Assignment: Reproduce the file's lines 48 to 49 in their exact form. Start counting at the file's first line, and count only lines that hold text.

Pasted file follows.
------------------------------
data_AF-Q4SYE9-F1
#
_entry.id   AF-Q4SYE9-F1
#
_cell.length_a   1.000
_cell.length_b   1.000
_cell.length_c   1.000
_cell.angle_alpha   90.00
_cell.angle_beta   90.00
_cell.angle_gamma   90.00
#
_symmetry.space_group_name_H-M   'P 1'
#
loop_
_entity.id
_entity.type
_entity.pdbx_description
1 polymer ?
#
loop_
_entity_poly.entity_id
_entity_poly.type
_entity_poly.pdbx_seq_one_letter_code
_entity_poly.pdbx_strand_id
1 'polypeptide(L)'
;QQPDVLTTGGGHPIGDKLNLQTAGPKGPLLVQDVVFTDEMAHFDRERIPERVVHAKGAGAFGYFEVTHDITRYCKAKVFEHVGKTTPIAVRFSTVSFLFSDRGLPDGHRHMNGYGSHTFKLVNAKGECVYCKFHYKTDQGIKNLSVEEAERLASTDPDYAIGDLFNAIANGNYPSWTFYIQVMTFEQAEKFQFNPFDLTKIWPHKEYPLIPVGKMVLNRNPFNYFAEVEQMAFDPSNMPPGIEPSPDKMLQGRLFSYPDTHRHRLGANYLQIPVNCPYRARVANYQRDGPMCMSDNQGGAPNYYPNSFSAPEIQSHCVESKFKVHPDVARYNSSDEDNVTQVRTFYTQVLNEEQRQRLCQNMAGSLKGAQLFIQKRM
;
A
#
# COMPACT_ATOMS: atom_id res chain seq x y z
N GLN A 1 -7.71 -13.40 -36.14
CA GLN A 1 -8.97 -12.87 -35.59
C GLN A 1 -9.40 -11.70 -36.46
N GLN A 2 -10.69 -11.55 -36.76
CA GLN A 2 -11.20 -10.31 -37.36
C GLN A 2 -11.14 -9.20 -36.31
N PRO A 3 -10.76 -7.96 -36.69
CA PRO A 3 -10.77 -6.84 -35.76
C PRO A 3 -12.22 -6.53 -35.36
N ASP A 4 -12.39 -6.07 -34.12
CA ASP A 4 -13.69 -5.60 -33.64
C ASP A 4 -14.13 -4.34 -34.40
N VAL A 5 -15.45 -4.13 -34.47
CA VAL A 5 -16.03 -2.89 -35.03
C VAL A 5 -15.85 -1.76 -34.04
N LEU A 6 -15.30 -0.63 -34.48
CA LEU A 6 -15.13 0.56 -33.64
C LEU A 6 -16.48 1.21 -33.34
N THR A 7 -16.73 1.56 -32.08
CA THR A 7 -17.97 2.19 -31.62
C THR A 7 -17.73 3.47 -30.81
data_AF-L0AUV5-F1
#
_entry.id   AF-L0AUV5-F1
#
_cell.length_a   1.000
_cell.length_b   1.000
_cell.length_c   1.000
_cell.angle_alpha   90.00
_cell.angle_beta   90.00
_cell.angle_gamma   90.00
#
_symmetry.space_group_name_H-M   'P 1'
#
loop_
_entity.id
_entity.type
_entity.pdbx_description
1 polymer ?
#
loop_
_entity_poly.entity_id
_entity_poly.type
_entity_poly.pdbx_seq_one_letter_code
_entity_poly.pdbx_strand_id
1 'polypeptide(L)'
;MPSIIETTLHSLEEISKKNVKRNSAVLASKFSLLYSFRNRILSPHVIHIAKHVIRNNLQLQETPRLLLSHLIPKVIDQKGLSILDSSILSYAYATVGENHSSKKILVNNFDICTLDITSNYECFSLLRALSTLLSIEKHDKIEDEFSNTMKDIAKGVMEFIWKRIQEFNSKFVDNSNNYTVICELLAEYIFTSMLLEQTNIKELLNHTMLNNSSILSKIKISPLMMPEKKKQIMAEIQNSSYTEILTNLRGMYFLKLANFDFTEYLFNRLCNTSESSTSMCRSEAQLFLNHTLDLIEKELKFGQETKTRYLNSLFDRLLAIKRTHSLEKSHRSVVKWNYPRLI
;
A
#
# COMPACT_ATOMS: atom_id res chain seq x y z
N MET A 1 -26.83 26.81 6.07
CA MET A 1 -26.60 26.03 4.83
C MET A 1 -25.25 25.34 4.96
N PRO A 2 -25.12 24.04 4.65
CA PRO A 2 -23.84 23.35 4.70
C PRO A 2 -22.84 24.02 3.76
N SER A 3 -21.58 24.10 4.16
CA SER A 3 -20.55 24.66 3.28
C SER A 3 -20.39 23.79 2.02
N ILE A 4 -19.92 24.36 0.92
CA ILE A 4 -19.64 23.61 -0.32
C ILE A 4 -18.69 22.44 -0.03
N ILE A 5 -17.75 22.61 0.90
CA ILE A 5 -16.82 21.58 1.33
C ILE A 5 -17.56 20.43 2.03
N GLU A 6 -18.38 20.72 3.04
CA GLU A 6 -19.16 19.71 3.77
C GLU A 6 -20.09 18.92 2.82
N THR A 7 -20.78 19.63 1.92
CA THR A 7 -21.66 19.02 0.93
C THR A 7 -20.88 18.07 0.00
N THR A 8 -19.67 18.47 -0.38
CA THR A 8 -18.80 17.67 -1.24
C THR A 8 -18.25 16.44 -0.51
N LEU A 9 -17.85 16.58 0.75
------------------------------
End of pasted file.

C LEU A 6 -16.48 1.21 -33.34
N THR A 7 -16.73 1.56 -32.08